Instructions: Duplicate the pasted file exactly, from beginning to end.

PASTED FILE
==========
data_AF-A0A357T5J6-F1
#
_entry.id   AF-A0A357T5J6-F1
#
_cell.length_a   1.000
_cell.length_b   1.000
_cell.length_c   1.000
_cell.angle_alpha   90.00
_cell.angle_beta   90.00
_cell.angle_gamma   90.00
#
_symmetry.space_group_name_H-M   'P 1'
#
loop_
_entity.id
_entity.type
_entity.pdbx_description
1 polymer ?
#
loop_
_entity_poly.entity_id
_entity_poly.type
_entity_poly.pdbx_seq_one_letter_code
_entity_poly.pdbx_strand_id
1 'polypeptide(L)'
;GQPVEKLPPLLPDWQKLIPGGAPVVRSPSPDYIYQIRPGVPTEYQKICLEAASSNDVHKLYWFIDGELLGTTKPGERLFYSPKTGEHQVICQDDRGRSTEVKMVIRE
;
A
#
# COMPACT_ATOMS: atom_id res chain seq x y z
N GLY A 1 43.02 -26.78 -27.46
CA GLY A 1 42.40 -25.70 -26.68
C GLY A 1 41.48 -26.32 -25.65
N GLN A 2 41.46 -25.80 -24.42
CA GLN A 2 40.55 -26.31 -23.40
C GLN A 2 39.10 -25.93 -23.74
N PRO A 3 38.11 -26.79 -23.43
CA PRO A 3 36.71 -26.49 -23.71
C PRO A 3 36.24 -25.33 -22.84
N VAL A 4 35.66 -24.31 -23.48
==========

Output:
data_AF-A0A357T5J6-F1
#
_entry.id   AF-A0A357T5J6-F1
#
_cell.length_a   1.000
_cell.length_b   1.000
_cell.length_c   1.000
_cell.angle_alpha   90.00
_cell.angle_beta   90.00
_cell.angle_gamma   90.00
#
_symmetry.space_group_name_H-M   'P 1'
#
loop_
_entity.id
_entity.type
_entity.pdbx_description
1 polymer ?
#
loop_
_entity_poly.entity_id
_entity_poly.type
_entity_poly.pdbx_seq_one_letter_code
_entity_poly.pdbx_strand_id
1 'polypeptide(L)'
;GQPVEKLPPLLPDWQKLIPGGAPVVRSPSPDYIYQIRPGVPTEYQKICLEAASSNDVHKLYWFIDGELLGTTKPGERLFYSPKTGEHQVICQDDRGRSTEVKMVIRE
;
A
#
# COMPACT_ATOMS: atom_id res chain seq x y z
N GLY A 1 43.02 -26.78 -27.46
CA GLY A 1 42.40 -25.70 -26.68
C GLY A 1 41.48 -26.32 -25.65
N GLN A 2 41.46 -25.80 -24.42
CA GLN A 2 40.55 -26.31 -23.40
C GLN A 2 39.10 -25.93 -23.74
N PRO A 3 38.11 -26.79 -23.43
CA PRO A 3 36.71 -26.49 -23.71
C PRO A 3 36.24 -25.33 -22.84
N VAL A 4 35.66 -24.31 -23.48